He replied “One for Devotion (his mother) One for Diversion (his sister) and One for the Gapeseed (himself)” Now “Gapeseed” means a good look around which is exactly what the Cill Éinne men wanted.
The Vestal arrived in Aran on the evening of Sep 3rd 1857. Anchored in Cill Éinne Bay for the night. Some slept on board.

It was reported that one visitor bough a dozen lobsters from the Cill Éinne men for four shillings and gave them to the ships cook to prepare.

Having been given  a Tour of the Vestal by Captain Evans, the currach crews started back the almost one mile journey to Cill Éinne. The passengers in the ships rowboats and a boat of the local Coast Guard, had by now covered over half of the distance to shore.

It was with great enjoyment that the last few visitors, who had remained on board, felt their currachs skipping over the waves and in no time, race past the other excursionists with a cheer, as the men of Cill Éinne showed off the speed and versatility of both the native boats and themselves.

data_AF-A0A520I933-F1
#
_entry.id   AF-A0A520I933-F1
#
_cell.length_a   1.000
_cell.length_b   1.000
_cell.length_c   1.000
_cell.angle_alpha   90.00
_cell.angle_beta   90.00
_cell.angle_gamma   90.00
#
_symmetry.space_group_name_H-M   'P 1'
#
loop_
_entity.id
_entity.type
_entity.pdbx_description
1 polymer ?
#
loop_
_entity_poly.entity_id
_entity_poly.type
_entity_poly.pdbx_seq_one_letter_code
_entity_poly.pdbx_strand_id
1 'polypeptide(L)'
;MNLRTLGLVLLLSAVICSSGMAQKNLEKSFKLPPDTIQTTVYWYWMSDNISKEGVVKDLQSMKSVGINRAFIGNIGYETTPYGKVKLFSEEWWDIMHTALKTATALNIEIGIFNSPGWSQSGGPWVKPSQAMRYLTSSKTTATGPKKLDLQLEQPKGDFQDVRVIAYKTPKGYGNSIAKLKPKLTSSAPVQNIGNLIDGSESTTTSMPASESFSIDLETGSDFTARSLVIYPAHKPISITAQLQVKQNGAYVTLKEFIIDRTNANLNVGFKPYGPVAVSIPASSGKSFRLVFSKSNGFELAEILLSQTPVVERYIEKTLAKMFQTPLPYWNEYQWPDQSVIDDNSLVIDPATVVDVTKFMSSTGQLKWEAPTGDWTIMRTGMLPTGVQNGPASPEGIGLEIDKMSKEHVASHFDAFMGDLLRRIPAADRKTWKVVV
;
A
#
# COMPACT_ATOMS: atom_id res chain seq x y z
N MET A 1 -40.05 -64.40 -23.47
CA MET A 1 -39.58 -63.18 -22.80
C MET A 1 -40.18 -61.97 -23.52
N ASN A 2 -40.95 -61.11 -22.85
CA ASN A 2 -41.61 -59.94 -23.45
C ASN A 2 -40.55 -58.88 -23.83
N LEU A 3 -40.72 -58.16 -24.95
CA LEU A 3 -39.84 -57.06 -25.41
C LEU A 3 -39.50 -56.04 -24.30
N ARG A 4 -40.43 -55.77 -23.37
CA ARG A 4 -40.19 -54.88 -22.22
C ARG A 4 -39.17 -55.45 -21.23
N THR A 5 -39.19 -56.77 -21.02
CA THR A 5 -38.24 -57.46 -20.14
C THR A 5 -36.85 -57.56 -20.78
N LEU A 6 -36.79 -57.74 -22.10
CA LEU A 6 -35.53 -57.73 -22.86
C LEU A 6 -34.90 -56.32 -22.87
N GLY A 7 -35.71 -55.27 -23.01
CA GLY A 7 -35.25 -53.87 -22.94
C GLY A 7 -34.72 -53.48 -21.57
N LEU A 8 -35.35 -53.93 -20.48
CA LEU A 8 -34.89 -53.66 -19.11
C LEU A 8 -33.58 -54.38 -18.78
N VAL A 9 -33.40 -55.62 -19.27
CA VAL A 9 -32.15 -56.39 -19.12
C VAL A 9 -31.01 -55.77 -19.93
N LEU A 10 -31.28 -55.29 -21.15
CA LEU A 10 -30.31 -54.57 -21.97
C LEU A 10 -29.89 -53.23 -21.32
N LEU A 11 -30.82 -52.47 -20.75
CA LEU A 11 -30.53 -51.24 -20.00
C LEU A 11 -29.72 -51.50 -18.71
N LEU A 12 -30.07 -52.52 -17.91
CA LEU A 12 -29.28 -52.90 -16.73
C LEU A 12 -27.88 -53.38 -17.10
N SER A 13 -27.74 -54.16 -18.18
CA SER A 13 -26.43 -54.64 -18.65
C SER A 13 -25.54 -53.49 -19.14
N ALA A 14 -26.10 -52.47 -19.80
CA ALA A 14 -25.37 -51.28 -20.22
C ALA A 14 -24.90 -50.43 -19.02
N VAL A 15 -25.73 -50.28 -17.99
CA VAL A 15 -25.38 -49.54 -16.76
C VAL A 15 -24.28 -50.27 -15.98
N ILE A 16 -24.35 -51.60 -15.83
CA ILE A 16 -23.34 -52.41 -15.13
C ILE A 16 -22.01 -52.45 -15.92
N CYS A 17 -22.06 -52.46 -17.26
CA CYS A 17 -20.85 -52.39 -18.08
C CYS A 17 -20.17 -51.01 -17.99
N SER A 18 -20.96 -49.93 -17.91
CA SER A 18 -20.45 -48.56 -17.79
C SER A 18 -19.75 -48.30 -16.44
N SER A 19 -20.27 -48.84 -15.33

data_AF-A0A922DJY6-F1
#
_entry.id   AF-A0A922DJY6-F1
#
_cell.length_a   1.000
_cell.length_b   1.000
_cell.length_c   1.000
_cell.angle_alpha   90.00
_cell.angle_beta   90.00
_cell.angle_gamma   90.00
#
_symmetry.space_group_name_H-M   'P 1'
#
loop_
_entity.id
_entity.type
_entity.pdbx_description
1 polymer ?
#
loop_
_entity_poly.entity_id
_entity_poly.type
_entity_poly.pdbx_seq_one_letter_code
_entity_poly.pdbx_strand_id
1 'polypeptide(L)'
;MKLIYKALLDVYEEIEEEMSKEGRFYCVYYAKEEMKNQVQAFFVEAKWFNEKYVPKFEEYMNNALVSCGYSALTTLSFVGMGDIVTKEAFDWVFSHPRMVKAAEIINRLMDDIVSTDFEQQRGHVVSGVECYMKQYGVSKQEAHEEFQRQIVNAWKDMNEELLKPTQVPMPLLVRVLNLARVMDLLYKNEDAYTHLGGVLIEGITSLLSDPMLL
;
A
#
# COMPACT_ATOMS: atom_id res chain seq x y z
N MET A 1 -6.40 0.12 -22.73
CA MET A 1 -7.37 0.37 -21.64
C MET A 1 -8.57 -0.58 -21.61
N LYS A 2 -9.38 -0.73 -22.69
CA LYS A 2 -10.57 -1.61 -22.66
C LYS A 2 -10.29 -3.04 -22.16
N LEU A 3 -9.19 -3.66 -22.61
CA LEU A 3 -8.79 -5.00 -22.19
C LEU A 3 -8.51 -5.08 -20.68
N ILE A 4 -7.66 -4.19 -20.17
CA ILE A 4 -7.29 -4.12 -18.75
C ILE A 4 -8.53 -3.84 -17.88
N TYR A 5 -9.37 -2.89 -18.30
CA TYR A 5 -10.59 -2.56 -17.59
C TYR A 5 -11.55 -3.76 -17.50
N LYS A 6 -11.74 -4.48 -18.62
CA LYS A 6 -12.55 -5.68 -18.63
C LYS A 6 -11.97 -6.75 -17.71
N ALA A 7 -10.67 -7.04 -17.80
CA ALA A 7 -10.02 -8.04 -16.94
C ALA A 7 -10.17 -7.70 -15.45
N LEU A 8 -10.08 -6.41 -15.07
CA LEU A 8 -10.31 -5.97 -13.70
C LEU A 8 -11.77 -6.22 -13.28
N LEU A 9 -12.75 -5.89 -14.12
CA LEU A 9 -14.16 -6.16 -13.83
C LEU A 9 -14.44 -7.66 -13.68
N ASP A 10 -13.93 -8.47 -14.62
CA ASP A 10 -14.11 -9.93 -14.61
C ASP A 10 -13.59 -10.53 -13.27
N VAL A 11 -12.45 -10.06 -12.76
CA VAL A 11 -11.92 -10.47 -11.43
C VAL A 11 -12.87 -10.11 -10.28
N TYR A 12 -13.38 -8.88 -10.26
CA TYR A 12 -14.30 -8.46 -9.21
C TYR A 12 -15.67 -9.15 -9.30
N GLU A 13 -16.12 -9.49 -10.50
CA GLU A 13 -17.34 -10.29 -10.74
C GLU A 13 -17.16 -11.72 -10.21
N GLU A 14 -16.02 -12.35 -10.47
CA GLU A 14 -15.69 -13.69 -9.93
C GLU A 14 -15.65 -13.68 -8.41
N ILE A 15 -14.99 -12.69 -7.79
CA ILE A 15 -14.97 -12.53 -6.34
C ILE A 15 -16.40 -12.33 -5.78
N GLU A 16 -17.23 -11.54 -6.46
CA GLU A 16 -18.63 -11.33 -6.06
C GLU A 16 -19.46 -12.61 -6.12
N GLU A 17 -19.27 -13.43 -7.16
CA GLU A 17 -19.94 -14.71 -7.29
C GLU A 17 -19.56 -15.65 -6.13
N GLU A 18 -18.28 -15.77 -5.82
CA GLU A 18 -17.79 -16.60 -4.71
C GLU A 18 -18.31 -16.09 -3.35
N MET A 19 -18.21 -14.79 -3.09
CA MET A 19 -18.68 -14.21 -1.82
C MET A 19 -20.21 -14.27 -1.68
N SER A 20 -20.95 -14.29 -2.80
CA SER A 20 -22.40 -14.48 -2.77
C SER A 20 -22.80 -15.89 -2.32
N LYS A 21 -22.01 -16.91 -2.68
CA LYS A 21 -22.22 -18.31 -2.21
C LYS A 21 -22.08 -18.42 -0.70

The first stop after landing was at the old historic ruins of Arkin Castle which had been built by Cromwell’s soldiers from the stones they plundered from the holy settlement of Naomh Éanna.(St Enda) and the deserted 15th century Franciscan monastery.

The seventeen year old Wakeman had accompanied the great John O’Donovan to Aran in June 1839.
Wakeman and O’Donovan had stayed in Taylor’s Hill with the famous Historian, James Hardiman

Led by Dr Wilde and controlled by his ever present whistle, the group moved on to inspect what was left of the Round Tower of Cill Éinne. Petrie had reported this tower as being much higher when he visited in 1821. A local had claimed that it stood over 80 feet tall, many years previously. This seems to suggest, that the tower may have been knocked during Oiche na Gaoithe Móire in 1839